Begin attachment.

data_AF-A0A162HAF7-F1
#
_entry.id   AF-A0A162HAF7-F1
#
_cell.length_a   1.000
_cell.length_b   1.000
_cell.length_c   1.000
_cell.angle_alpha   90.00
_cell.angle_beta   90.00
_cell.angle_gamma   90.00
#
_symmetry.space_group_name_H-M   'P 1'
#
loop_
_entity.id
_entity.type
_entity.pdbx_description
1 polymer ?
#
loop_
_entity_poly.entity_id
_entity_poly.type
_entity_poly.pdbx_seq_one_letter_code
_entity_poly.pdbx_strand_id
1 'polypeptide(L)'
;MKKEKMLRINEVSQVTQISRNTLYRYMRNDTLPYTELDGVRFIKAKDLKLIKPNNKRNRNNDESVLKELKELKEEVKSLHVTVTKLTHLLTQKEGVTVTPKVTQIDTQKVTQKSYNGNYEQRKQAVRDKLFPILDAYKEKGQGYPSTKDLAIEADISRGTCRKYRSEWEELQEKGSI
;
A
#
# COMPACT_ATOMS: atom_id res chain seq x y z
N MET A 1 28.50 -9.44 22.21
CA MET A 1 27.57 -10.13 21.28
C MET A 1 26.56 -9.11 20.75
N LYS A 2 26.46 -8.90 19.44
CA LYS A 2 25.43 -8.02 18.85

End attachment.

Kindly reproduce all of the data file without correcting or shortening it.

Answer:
data_AF-A0A162HAF7-F1
#
_entry.id   AF-A0A162HAF7-F1
#
_cell.length_a   1.000
_cell.length_b   1.000
_cell.length_c   1.000
_cell.angle_alpha   90.00
_cell.angle_beta   90.00
_cell.angle_gamma   90.00
#
_symmetry.space_group_name_H-M   'P 1'
#
loop_
_entity.id
_entity.type
_entity.pdbx_description
1 polymer ?
#
loop_
_entity_poly.entity_id
_entity_poly.type
_entity_poly.pdbx_seq_one_letter_code
_entity_poly.pdbx_strand_id
1 'polypeptide(L)'
;MKKEKMLRINEVSQVTQISRNTLYRYMRNDTLPYTELDGVRFIKAKDLKLIKPNNKRNRNNDESVLKELKELKEEVKSLHVTVTKLTHLLTQKEGVTVTPKVTQIDTQKVTQKSYNGNYEQRKQAVRDKLFPILDAYKEKGQGYPSTKDLAIEADISRGTCRKYRSEWEELQEKGSI
;
A
#
# COMPACT_ATOMS: atom_id res chain seq x y z
N MET A 1 28.50 -9.44 22.21
CA MET A 1 27.57 -10.13 21.28
C MET A 1 26.56 -9.11 20.75
N LYS A 2 26.46 -8.90 19.44
CA LYS A 2 25.43 -8.02 18.85